The Detroit Tigers may have caught the Baltimore Orioles at the right time earlier this week. After losing four straight games heading into the mid-week series, the Orioles were nearly swept out of town by an opportunistic Tigers club. While Detroit dropped a heartbreaker on Tuesday, they came back to clinch an important home series win over another playoff contender.
Unfortunately, we can’t say the same for this weekend. The Tigers’ next opponent, the Texas Rangers, have won nine consecutive games. The winning streak has injected life into a Rangers team that struggled out of the gate. They moved from last place to second in the AL West standings, and enter Friday just a half game out of the second AL Wild Card position. They have not allowed more than five runs in a game on their current streak, and have only one so once since losing a series in Houston in early May.
However, their winning streak deserves a slight asterisk. The Rangers have fattened up against the San Diego Padres, Oakland Athletics, Philadelphia Phillies, three teams who are a combined 46-75 this season. The A’s and Padres are in last place, while the Phillies are a half-game out of the cellar. Additionally, eight of Texas’ nine consecutive wins have come at Globe Life Park, where they are 15-8 with a +29 run differential this season. Away from home? The Rangers are just 6-12, with all but two of those games coming against divisional foes. They are just 5-11 against teams above .500 this season, including series losses to the Cleveland Indians and Minnesota Twins.
It takes two to tango, though. The Rangers have done well to beat up on the bad teams they have faced, and have given the Tigers trouble at Comerica Park before. Texas comes in scoring 4.73 runs per game, the fifth-highest rate in the American League. They sit third in the AL with 57 home runs, and lead the league with 34 steals. Their pitching staff has the fourth-lowest ERA in the league, though a 4.62 FIP suggests some regression may be on the way. Like the Tigers, the Rangers’ starting rotation is the strength of the staff, while their bullpen has improved after an early season implosion from their closer, Sam Dyson.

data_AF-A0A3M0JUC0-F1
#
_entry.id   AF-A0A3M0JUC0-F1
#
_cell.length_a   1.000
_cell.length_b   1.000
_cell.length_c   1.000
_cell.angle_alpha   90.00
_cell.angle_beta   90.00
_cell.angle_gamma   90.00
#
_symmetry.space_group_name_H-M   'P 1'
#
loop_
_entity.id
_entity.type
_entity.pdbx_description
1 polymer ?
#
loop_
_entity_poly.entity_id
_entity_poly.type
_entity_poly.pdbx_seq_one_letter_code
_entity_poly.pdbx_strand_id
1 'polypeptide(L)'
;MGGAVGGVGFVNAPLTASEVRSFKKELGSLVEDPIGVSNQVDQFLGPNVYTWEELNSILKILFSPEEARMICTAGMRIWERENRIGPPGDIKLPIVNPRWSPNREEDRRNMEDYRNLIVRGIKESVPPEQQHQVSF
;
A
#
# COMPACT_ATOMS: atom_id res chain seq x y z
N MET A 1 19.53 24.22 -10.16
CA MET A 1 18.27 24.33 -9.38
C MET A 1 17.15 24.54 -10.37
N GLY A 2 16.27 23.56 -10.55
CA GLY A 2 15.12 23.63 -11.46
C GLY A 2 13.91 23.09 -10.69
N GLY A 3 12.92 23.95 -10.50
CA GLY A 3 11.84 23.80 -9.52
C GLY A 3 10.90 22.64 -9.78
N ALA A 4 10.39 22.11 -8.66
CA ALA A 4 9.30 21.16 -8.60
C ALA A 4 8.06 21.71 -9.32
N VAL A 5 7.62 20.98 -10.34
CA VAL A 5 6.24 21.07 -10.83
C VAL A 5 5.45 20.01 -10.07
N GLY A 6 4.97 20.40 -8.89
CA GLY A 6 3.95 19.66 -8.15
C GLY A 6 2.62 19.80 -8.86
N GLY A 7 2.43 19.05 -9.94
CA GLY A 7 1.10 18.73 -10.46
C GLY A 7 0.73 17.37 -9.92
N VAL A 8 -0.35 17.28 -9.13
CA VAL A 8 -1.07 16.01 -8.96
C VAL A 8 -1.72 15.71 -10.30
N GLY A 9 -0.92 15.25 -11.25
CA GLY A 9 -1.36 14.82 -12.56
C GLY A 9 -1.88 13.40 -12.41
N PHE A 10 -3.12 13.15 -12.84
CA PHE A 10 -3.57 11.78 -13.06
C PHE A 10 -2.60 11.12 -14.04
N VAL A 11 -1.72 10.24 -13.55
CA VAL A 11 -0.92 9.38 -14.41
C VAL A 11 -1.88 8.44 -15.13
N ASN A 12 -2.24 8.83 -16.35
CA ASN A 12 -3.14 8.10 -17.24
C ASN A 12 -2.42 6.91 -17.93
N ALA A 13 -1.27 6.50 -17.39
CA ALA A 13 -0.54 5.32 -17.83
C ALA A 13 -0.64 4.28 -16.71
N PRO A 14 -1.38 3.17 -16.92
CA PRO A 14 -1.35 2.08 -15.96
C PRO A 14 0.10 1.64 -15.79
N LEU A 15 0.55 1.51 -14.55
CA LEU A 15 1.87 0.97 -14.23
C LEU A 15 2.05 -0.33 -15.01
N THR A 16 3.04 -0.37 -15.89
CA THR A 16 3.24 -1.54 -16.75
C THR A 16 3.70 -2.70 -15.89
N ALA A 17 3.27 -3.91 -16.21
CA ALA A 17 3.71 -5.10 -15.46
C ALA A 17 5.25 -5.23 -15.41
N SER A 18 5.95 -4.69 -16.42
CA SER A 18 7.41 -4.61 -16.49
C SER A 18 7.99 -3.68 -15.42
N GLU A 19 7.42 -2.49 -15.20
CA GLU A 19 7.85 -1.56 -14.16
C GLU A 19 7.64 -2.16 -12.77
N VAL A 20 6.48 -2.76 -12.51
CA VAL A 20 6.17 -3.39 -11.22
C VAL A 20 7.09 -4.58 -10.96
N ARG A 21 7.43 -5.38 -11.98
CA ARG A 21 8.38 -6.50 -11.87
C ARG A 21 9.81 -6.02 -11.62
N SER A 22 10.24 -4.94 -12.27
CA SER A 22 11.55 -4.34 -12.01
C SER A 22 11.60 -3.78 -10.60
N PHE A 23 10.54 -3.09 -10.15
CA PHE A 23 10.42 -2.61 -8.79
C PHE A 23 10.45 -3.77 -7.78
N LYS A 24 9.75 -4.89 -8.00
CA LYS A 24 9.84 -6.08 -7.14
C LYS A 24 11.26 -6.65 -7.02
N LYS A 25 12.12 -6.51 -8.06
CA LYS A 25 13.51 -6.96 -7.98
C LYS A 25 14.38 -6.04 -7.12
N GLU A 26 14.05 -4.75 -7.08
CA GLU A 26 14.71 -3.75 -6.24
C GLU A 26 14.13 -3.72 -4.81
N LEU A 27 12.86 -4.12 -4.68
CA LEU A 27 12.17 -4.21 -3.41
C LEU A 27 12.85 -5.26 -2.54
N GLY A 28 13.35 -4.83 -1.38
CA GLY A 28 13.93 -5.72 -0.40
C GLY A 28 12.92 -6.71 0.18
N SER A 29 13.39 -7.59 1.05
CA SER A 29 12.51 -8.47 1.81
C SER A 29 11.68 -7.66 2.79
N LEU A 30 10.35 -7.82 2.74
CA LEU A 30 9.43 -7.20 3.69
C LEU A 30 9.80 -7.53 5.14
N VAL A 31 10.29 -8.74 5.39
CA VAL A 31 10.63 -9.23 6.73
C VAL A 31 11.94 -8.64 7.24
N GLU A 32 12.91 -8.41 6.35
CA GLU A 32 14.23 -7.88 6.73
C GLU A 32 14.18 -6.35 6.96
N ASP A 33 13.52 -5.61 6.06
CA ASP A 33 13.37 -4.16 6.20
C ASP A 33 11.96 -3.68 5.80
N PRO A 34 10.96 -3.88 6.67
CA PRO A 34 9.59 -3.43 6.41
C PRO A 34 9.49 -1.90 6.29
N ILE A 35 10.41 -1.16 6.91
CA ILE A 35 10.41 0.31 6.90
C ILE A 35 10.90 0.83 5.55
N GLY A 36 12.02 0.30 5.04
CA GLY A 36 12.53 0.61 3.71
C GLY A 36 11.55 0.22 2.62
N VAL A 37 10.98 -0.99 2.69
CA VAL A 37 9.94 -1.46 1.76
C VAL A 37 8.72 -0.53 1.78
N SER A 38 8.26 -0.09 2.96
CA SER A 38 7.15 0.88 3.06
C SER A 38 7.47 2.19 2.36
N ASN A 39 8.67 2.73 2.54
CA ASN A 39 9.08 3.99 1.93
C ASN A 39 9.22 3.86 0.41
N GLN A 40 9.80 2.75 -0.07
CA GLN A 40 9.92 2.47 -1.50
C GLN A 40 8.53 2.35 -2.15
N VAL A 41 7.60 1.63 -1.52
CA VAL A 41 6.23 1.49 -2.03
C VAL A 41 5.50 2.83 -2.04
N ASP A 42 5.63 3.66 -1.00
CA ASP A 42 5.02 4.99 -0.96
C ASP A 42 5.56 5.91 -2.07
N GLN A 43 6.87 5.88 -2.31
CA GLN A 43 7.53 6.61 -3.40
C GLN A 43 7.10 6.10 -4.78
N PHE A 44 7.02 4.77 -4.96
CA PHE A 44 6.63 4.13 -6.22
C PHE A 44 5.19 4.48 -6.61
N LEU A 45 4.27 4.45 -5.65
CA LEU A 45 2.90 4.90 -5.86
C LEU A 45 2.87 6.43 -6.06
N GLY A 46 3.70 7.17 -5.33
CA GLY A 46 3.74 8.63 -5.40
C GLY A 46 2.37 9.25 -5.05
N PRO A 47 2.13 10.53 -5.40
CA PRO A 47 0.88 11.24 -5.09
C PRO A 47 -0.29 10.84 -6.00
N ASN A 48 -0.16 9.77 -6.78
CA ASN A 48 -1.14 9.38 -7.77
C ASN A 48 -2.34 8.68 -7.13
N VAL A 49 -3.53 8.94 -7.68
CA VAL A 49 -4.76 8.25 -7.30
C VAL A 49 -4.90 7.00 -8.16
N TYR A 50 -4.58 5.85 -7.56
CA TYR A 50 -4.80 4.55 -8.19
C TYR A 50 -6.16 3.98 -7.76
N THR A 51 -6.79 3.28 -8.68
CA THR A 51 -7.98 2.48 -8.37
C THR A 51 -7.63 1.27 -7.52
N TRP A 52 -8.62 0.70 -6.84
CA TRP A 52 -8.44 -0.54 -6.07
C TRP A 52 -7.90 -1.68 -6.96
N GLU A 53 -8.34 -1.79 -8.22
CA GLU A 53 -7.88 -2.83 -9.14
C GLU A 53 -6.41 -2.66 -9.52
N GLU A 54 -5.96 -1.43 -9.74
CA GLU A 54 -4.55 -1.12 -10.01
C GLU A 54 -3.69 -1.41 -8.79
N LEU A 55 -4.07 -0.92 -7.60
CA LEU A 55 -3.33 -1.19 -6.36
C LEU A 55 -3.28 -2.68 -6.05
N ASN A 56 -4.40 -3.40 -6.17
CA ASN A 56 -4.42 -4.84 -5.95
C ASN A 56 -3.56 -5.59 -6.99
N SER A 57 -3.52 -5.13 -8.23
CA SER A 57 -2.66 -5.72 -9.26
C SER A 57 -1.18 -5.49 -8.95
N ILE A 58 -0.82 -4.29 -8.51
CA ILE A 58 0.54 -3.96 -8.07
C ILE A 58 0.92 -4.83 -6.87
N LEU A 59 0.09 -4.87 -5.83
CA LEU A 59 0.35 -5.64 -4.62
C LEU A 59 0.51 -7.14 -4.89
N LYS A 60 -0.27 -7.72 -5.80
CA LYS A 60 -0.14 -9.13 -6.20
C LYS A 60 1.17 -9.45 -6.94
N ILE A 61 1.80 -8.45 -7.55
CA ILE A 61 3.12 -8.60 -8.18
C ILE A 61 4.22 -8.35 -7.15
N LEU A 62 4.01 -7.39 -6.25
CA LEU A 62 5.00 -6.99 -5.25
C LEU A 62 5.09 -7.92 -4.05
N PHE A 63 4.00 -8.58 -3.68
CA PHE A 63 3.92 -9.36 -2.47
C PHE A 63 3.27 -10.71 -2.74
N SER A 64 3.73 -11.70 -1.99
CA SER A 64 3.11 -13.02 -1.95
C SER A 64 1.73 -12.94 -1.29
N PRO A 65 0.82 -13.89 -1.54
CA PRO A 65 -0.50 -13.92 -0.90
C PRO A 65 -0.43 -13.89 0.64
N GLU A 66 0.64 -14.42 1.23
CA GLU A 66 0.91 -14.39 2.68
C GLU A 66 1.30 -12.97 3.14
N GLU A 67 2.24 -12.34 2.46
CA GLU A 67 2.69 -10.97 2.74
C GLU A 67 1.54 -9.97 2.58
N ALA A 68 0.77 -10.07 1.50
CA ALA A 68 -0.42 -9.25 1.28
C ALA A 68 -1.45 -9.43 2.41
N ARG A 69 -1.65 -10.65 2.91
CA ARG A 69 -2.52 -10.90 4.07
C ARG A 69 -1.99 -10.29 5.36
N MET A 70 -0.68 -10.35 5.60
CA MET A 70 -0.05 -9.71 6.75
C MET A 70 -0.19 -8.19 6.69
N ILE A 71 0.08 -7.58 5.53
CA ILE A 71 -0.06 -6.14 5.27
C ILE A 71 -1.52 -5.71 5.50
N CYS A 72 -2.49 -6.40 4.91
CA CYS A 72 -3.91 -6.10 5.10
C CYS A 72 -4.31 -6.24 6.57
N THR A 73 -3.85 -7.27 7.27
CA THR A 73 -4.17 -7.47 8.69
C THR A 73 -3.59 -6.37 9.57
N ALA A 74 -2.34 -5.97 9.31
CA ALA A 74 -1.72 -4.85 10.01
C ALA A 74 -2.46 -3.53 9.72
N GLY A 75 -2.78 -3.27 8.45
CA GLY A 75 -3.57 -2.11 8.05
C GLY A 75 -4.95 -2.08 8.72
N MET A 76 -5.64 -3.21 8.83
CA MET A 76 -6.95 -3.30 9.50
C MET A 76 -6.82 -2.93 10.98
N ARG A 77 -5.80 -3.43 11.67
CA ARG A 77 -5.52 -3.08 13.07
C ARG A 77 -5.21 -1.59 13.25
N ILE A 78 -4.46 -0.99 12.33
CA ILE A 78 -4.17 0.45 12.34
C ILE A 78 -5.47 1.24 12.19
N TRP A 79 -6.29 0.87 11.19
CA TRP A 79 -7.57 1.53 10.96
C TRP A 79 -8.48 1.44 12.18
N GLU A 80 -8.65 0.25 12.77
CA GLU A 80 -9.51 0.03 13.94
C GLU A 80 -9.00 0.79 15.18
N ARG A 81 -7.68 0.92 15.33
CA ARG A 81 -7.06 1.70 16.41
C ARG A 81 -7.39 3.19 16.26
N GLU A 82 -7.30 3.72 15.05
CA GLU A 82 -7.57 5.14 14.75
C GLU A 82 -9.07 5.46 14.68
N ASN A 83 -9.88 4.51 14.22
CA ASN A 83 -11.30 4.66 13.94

Still, this is a winnable series for Detroit. Texas will be missing two of their best players in Adrian Beltre and Cole Hamels, along with rejuvenated center fielder Carlos Gomez. The Tigers will also be missing Andrew Cashner, who starred in Texas’ win on Wednesday.
Game 1: RHP Nick Martinez (0-2, 5.04 ERA) vs. LHP Daniel Norris (2-2, 4.34 ERA)
Nick Martinez looked like a good back-end starter when he limited opponents to a 3.96 ERA in 125 major league innings during the 2015 season, but a 4.98 FIP suggested otherwise. The advanced numbers were right, as Martinez has struggled to a 5.35 ERA in 69 innings over his past two seasons. This includes a 5.04 ERA and 5.64 FIP in 30 1⁄3 innings as a starter this season. He has added a cutter and slashed his walk rate this season, but is still giving up too many hits and home runs to be trusted as a permanent option in the rotation.
Game 2: RHP A.J. Griffin (4-0, 3.15 ERA) vs. RHP Justin Verlander (3-3, 4.47 ERA)